Congreve, Richard (DNB01)
|←Colquhoun, Patrick Macchombaich||Dictionary of National Biography, 1901 supplement
CONGREVE, RICHARD (1818–1899), positivist, third son of Thomas Congreve, by Julia his wife, was born at Leamington Hastings, Warwickshire, on 4 Sept. 1818. He was educated under Dr. Arnold at Rugby, and at the university of Oxford, where he gained a scholarship at Wadham College, matriculated on 23 Feb. 1837, graduated B.A. (first class in literæ humaniores) in 1840, and proceeded M.A. in 1843. He came to Oxford a typical pupil of Arnold, high-minded, intensely earnest, and latitudinarian in his theological opinions. His success in the schools was naturally followed by election to a fellowship at his college, where, with a brief interval during which he taught a form at Rugby, he resided as tutor for the next ten years. His influence upon his pupils is said to have been singularly bracing, morally as well as intellectually.
The turning-point in Congreve's life was a visit to Paris shortly after the revolution of 1848. He there met Barthélemy St.-Hilaire and Auguste Comte, and the influence of the latter thinker proved decisive and enduring. On his return to Oxford he embarked on a course of study which resulted in the adoption of the entire positivist system, including the religious cult. He in consequence resigned his fellowship (1855), left Oxford, and soon afterwards founded the positivist community in London. While preparing for his life-work as exponent of the new gospel he studied medicine, and in 1866 was admitted M.R.C.P. In the early days of the movement he took the chief part in the establishment of the propaganda in Chapel Street, Lamb's Conduit Street, London, and for some years worked harmoniously with Mr. Frederic Harrison and other leading positivists. In 1878, however, he issued a circular (17 June) in which he claimed for himself an authority independent of M. Pierre Lafitte, Comte's principal executor, and as such then universally acknowledged as the head of the positivist community. Some positivists joined him; others, among whom were Mr. Frederic Harrison, Dr. Bridges, Professor Beesly, Mr. Vernon Lushington, and James Cotter Morison [q. v.], remained in union with M. Lafitte, and opened Newton Hall, Fetter Lane, London, as their place of meeting. Congreve used the freedom which this separation allowed him to elaborate a higher form of ritual. He continued, notwithstanding failing health and the increasingly adverse trend of English thought, zealous in the advocacy of his opinions, and punctilious in the discharge of his priestly functions until his death, at Hampstead, on 5 July 1899. He married in 1856 Mary, daughter of J. Berry of Warwick.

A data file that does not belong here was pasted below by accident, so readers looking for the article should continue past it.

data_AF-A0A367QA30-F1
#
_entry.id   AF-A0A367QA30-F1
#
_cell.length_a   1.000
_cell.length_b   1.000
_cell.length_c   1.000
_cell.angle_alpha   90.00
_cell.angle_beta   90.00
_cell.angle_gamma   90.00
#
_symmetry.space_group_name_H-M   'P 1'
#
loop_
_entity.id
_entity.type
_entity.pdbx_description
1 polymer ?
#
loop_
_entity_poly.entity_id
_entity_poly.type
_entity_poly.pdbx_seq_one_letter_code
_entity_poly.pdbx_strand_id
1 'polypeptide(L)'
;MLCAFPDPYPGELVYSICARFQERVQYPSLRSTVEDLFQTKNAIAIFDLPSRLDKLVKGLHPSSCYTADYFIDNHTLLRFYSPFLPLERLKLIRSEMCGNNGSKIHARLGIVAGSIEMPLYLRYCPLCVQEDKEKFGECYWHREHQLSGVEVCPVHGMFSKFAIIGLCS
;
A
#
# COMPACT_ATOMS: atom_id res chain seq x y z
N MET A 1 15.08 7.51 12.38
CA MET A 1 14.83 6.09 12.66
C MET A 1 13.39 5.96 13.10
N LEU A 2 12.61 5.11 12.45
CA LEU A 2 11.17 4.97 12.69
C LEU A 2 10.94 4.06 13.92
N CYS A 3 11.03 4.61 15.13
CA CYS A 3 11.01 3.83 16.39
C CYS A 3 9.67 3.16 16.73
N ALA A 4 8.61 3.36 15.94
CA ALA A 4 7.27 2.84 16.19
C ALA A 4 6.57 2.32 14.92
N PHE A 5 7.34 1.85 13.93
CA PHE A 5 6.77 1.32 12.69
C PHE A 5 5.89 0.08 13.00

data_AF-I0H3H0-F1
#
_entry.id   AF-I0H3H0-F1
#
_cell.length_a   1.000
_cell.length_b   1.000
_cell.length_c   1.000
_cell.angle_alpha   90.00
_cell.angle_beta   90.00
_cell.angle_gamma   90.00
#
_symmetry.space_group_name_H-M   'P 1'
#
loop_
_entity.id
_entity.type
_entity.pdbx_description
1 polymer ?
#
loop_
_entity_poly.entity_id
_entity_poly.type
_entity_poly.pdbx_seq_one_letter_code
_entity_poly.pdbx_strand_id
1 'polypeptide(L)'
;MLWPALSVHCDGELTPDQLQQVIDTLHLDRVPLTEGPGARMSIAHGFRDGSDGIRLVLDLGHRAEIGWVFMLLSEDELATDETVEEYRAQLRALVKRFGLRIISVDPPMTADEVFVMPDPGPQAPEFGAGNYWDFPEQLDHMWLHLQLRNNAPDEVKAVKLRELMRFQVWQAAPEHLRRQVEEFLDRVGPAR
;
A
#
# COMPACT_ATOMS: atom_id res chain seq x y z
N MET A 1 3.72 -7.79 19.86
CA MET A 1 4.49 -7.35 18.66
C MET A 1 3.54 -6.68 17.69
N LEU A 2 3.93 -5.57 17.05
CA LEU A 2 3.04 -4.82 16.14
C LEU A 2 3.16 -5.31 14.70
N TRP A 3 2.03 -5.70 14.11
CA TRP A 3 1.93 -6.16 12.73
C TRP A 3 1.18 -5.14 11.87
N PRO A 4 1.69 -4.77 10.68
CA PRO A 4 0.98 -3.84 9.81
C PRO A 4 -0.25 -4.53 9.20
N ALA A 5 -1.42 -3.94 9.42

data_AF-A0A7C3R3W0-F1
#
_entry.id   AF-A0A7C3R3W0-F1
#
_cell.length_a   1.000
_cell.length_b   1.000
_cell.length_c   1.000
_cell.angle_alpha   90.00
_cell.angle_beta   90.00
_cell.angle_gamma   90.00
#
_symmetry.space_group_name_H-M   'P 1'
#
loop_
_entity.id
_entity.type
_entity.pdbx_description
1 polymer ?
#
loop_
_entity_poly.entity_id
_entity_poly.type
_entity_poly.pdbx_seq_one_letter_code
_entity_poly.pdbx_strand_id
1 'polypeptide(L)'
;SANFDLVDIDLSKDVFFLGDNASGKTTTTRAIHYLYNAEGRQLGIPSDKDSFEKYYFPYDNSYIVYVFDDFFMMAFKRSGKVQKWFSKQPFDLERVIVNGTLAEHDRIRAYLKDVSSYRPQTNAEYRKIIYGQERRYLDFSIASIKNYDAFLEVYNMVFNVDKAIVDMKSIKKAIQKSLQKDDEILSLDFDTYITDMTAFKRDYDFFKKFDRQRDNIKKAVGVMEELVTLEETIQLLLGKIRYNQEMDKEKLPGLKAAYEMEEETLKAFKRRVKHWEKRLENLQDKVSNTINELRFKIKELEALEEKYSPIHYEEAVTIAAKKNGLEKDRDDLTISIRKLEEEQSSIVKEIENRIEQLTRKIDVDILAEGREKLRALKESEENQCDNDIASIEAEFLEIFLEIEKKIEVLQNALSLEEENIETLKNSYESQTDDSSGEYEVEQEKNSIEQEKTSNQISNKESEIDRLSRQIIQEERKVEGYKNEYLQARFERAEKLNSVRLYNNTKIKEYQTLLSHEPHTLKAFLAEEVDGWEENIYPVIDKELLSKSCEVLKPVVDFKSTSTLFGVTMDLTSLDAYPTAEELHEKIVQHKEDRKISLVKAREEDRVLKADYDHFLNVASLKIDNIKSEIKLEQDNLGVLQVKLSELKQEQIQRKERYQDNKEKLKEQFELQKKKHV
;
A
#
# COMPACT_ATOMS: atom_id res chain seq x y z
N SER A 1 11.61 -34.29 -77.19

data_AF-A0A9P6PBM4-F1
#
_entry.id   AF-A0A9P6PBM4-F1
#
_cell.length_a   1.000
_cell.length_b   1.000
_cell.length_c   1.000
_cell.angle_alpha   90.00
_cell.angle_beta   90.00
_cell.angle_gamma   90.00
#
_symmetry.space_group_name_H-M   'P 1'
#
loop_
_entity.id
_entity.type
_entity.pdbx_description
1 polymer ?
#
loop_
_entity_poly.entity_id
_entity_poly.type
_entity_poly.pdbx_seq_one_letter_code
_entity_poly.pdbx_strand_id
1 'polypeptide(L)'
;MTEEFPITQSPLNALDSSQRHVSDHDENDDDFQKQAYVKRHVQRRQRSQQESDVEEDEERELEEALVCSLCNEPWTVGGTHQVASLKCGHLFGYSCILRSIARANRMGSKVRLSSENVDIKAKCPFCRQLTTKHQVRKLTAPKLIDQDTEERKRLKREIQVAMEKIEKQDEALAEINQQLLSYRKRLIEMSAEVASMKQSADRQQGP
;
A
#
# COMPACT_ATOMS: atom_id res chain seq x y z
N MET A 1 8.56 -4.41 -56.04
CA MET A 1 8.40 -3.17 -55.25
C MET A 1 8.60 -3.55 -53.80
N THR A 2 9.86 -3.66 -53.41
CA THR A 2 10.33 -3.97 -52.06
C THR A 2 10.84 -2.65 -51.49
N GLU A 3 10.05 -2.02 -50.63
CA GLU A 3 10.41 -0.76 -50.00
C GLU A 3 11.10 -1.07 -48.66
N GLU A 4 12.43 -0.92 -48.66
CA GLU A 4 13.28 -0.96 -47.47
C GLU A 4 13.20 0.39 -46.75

Congreve published: 1. 'The Politics of Aristotle: with English Notes,' London, 1855, 8vo; 2nd edit. 1874 (a thoughtful and scholarly performance). 2. 'The Roman Empire of the West: Four Lectures delivered at the Philosophical Institution, Edinburgh,' London, 1855, 8vo. 3. 'Gibraltar; or, the Foreign Policy of England,' London, 1857, 8vo (a plea for the surrender of the Rock). 4. 'India,' London, 1857, 8vo (a plea for the abandonment of our eastern dominions). 5. 'The Catechism of the Positive Religion. Translated from the French of Auguste Comte,' London, 1858, 8vo; 2nd edit. 1883; 3rd edit. 1891. 6. 'Italy and the Western Powers, and Elizabeth of England,' London, 1862, 12mo. 7. 'Mr. [William] Broadhead [q. v. Suppl.] and the Anonymous Press,' London, 1867, 8vo. 8. 'Essays, Political, Social, and Religious,' London, 1874; 2nd ser. 1892, 8vo. 9. 'Human Catholicism,' London, 1876, 8vo.
[Foster's Alumni Oxon. 1714-1886; Oxford Honours Reg.; J. B. Mozley's Letters, p. 193; Brodrick's Memories and Impressions, pp. 105-106; Men of the Time, 1884; Men and Women of the Time, 1891; Times, 6 July 1899; Ann. Reg. 1899, ii. 158; Athenæum, 15 July 1899; Positivist Review, 1 Aug. 1899; information kindly furnished by Prof. Beesly.]